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How can you use string methods like strip() on a unicode string? and can't you access characters of a unicode string like with oridnary strings? (ex: mystring[0:4] )

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Have you tried it? u'asdf '.strip()[2:] works perfectly fine for me (it yields u'df'). – Björn Pollex Aug 31 '11 at 14:27
    
So does u"Hallöle Wélt"[1:5]. – blubb Aug 31 '11 at 14:28
1  
Works fine for me. What's your exact problem? – Mark Ransom Aug 31 '11 at 14:28
    
If one of the answers you got solved your problem, please accept it by clicking on the check mark. – andronikus Sep 27 '11 at 3:30

It's working as usual, as long as they are actually unicode, not str (note: every string literal must be preceded by u, like in this example):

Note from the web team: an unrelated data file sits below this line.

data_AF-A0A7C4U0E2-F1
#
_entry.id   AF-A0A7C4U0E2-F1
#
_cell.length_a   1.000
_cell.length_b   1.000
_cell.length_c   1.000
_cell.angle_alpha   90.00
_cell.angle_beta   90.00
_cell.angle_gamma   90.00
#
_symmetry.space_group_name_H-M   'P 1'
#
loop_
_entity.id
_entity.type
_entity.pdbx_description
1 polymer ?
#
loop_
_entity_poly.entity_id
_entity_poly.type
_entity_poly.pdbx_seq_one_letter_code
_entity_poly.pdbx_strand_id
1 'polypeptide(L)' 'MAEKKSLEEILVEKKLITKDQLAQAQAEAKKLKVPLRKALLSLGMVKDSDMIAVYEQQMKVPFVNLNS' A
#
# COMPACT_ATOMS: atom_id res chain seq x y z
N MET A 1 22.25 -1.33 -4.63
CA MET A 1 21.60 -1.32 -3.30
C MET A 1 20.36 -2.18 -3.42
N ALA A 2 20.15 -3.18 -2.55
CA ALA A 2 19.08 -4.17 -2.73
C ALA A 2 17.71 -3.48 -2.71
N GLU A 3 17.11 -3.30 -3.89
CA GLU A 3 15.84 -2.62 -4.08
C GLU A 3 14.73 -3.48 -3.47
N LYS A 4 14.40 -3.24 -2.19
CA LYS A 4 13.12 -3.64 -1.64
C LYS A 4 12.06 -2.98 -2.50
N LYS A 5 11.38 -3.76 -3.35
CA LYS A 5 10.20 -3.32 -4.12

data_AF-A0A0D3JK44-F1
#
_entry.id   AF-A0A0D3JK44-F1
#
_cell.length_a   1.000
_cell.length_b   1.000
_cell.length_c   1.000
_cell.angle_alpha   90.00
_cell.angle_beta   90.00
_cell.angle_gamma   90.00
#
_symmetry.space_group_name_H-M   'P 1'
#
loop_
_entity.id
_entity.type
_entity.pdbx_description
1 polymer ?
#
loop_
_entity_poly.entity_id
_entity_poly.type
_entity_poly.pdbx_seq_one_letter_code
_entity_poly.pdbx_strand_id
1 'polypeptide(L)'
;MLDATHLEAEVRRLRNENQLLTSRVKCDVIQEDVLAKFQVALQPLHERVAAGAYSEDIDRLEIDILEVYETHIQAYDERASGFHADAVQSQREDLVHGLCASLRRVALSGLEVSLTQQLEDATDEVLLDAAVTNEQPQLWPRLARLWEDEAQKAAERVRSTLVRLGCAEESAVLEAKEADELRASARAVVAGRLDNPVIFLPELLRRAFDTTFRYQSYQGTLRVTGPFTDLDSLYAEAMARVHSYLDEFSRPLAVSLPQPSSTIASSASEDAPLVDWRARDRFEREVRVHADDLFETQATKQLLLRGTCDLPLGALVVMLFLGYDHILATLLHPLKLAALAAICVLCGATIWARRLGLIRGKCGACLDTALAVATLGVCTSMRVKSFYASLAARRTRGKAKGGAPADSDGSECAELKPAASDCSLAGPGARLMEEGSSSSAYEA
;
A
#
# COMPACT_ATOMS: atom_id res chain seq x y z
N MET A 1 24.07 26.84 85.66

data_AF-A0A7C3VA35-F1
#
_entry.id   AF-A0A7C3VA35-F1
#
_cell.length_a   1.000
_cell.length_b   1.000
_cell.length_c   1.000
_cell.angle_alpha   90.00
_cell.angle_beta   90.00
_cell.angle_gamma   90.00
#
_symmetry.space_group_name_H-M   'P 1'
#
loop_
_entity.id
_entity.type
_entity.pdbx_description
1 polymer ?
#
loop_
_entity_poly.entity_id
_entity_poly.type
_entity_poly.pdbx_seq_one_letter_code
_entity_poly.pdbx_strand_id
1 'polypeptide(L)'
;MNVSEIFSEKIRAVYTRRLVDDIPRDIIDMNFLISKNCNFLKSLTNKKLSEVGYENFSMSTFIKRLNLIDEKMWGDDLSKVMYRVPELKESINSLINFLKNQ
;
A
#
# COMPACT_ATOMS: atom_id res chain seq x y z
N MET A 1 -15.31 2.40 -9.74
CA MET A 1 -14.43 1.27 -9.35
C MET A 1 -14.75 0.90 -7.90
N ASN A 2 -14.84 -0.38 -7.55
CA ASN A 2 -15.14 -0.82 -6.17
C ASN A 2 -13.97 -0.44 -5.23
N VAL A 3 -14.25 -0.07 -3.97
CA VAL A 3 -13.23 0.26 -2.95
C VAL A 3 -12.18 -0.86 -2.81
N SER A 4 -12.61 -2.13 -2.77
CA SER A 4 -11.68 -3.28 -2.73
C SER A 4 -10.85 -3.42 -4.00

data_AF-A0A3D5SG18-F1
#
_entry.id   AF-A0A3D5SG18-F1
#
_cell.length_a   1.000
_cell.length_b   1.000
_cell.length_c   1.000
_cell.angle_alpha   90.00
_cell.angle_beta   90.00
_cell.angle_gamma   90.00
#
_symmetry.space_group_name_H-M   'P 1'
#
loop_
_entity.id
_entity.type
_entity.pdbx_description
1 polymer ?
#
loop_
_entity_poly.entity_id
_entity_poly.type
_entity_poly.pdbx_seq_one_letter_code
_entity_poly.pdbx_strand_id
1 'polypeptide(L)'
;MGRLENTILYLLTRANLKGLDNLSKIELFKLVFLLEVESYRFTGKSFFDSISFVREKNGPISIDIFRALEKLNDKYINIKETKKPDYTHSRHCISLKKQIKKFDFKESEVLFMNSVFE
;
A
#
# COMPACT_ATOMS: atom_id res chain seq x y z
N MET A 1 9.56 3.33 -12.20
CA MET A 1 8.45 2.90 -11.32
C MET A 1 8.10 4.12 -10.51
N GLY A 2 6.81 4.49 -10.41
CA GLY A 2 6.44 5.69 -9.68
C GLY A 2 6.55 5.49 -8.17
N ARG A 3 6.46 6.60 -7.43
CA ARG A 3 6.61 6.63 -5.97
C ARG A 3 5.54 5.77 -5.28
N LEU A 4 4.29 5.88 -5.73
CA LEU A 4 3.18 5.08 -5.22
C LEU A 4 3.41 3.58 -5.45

>>> a = u"coțofană"
>>> a
u'co\u021bofan\u0103'
>>> a[-1]
u'\u0103'
>>> a[2]
u'\u021b'
>>> a[3]
u'o'
>>> a.strip(u'ă')
u'co\u021bofan'
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You can do every string operation, actually in Python 3, all str's are unicode.

>>> my_unicode_string = u"abcşiüğ"
>>> my_unicode_string[4]
u'i'
>>> my_unicode_string[3]
u'\u015f'
>>> print(my_unicode_string[3])
ş
>>> my_unicode_string[3:]
u'\u015fi\xfc\u011f'
>>> print(my_unicode_string[3:])
şiüğ
>>> print(my_unicode_string.strip(u"ğ"))
abcşiü
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See the Python docs on Unicode strings and the following section on string methods. Unicode strings support all of the usual methods and operations as normal ASCII strings.

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